Here, too, we got all flavors of lucky. We were told that a lot of incoming faculty wait until they arrive to spend a couple of weeks searching for an apartment. Everyone we asked advised us to rent for the first year or two and then if we decided if this was our forever nation we might look to buy. I was intensely comfortable to nail down our rental as quickly as possible so we watched the school’s intranet closely for posts about rentals, while also spending countless hours on sites like Funda and Pararius. Pretty early on we saw a posting on the intranet for a place owned by a former teacher that was exactly where we wanted to live (near a park in Leiden) and after a couple of weeks of emails we had signed a one year lease on a perfect place on Rijnstraat just a block from Plantsoen Park.
Stateside, we decided pretty early on that we wanted to keep Betsy’s house that is just a five minute walk from Manasota beach. So we had months of work to get it ready and within a few day of posting it on Craigslist, we hit the tenant jackpot! We moved out of our home on July 1st and have been living on the goodwill of family and Air BnB hosts for the last two weeks. When we get to Holland, we will be staying in a groovy Air BnB in the Hague before we get to move into our for-real home in Leiden.
Quarantine is not required to ship our fur babies to The Netherlands. However, there have been five bazillion hours of paperwork, two extra-large, airline approved crates, 15 digit European chips (in addition to their already installed, 9 digit US chips), a whole new round of shots, a USDA certified health certificate (which had to be government approved within 10 days of the dogs arriving in The Netherlands – thanks FedEx for the paper routing to and from Tallahassee), an embarrassing pile of Benjamins to ship two, 60+ pound boxer-bulldogs the 4,624 miles from Miami to Amsterdam, not to mention a flurry of frantic phones calls to check and double check just about everything. Because our fur babies are of the snub-nose variety, there are only a couple of airlines equipped to ship them safely. With the (required) help of an official (and wildly helpful) pet carrier, we’ve made all the arrangements for Sookie and Louie to be dropped off at their pet terminal on Friday morning, after which we will head over to our own terminal and each take our day-long journey to Holland. We will arrive at Schiphol about an hour before they land.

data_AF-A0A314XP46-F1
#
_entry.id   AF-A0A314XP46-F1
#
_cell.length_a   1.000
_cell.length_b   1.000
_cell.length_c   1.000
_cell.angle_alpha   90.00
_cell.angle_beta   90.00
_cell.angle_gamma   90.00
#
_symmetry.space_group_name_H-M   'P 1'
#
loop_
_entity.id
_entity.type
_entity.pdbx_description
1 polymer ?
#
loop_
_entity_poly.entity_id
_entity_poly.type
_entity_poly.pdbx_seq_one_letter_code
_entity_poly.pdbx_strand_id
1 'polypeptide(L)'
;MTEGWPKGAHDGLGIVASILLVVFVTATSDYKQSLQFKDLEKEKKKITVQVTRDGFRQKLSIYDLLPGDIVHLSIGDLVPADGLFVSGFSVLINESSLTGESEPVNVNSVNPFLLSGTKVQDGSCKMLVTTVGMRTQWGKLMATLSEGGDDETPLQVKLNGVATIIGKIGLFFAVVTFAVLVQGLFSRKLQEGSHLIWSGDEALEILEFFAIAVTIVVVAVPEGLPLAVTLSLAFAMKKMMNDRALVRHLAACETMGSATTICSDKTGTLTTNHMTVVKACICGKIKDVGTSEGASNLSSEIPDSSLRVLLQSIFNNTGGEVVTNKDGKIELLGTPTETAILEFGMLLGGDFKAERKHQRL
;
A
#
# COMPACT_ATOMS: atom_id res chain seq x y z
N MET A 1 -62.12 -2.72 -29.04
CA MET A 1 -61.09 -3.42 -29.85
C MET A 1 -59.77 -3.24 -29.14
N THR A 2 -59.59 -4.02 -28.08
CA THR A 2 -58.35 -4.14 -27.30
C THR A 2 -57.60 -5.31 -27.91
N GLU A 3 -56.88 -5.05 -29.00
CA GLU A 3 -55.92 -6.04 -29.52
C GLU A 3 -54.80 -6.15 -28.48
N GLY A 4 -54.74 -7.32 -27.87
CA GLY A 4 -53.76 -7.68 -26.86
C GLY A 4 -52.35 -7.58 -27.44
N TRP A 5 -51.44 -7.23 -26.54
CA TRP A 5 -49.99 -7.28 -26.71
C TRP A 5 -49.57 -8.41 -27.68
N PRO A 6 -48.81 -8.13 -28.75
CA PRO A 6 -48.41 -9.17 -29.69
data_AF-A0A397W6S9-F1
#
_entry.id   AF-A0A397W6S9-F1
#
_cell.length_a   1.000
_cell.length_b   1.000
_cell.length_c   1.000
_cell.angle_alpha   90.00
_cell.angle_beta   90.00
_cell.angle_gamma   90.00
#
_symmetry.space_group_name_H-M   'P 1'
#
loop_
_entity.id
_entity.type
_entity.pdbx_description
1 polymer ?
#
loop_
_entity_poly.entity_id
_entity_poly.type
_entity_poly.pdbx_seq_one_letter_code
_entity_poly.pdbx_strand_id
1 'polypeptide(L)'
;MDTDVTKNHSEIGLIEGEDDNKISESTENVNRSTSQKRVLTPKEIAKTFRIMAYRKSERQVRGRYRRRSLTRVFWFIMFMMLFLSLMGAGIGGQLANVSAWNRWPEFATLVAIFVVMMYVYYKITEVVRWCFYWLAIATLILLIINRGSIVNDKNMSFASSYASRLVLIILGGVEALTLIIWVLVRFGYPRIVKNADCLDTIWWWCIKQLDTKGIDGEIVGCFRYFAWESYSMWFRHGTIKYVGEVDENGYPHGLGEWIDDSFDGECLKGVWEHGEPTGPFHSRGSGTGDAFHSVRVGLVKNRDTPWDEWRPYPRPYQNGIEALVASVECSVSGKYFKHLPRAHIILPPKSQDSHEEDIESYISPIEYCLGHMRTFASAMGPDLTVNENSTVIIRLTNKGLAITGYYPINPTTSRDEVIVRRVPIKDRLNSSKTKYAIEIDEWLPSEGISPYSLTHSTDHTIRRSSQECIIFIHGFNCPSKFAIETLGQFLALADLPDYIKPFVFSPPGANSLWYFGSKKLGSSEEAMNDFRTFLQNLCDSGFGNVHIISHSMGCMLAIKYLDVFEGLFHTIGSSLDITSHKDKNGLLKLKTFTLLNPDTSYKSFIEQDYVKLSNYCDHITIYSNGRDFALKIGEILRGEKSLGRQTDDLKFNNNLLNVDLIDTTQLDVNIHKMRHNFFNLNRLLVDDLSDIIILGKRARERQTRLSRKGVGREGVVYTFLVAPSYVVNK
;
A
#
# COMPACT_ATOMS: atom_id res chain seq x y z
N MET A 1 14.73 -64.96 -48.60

We have too much stuff….no, really, we have way too much stuff. We still have too much stuff even after jettisoning and storing lots and lots of stuff. After a big old yard sale, about 13 trips to our local thrift shop (NOT Goodwill), selling our camper and cars and recycling what was left of the product from our business, we STILL have too much stuff. About six weeks before our scheduled flight, movers arranged by the school where B will work arrived to pack up our allowed 8 cubic meters of stuff. We are also hauling four huge suitcases, two small suitcases and an unauthorized amount of “personal items” through the airports and city streets of The Hague.
We are still Americans. We will still be Americans when we get there. We will always be Americans. We are not, nor are we required to renounce our citizenship. We will carry our American passports everywhere we go. One day, if all goes as my heart of heart hopes, I hope to apply for dual citizen ship. But that is years off and for another post further down the road.
Whew, that’s all I’ve got for now, y’all. We still have a few more days State-side and about 12 days of errands yet to run!